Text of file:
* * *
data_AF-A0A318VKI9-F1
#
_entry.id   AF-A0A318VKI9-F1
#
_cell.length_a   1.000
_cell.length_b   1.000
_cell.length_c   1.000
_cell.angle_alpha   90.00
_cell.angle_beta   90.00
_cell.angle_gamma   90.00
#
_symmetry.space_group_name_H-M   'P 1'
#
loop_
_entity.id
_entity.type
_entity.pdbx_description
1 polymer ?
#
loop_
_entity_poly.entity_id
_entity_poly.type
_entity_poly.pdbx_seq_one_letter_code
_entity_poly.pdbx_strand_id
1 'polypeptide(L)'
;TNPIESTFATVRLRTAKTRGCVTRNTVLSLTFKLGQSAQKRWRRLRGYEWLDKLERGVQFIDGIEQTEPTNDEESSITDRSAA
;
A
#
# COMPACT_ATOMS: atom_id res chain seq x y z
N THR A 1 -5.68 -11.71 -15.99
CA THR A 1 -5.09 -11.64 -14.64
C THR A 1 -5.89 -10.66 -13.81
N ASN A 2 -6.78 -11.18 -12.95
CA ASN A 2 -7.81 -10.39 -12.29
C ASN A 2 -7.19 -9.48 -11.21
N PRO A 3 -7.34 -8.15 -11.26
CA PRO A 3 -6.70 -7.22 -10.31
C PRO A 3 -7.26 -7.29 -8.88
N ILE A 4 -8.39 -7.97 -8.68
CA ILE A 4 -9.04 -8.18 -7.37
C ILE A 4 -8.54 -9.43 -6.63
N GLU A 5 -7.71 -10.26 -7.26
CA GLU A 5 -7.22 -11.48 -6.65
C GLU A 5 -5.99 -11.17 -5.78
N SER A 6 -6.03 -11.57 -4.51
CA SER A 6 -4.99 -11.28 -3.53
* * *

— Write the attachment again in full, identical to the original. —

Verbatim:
data_AF-A0A318VKI9-F1
#
_entry.id   AF-A0A318VKI9-F1
#
_cell.length_a   1.000
_cell.length_b   1.000
_cell.length_c   1.000
_cell.angle_alpha   90.00
_cell.angle_beta   90.00
_cell.angle_gamma   90.00
#
_symmetry.space_group_name_H-M   'P 1'
#
loop_
_entity.id
_entity.type
_entity.pdbx_description
1 polymer ?
#
loop_
_entity_poly.entity_id
_entity_poly.type
_entity_poly.pdbx_seq_one_letter_code
_entity_poly.pdbx_strand_id
1 'polypeptide(L)'
;TNPIESTFATVRLRTAKTRGCVTRNTVLSLTFKLGQSAQKRWRRLRGYEWLDKLERGVQFIDGIEQTEPTNDEESSITDRSAA
;
A
#
# COMPACT_ATOMS: atom_id res chain seq x y z
N THR A 1 -5.68 -11.71 -15.99
CA THR A 1 -5.09 -11.64 -14.64
C THR A 1 -5.89 -10.66 -13.81
N ASN A 2 -6.78 -11.18 -12.95
CA ASN A 2 -7.81 -10.39 -12.29
C ASN A 2 -7.19 -9.48 -11.21
N PRO A 3 -7.34 -8.15 -11.26
CA PRO A 3 -6.70 -7.22 -10.31
C PRO A 3 -7.26 -7.29 -8.88
N ILE A 4 -8.39 -7.97 -8.68
CA ILE A 4 -9.04 -8.18 -7.37
C ILE A 4 -8.54 -9.43 -6.63
N GLU A 5 -7.71 -10.26 -7.26
CA GLU A 5 -7.22 -11.48 -6.65
C GLU A 5 -5.99 -11.17 -5.78
N SER A 6 -6.03 -11.57 -4.51
CA SER A 6 -4.99 -11.28 -3.53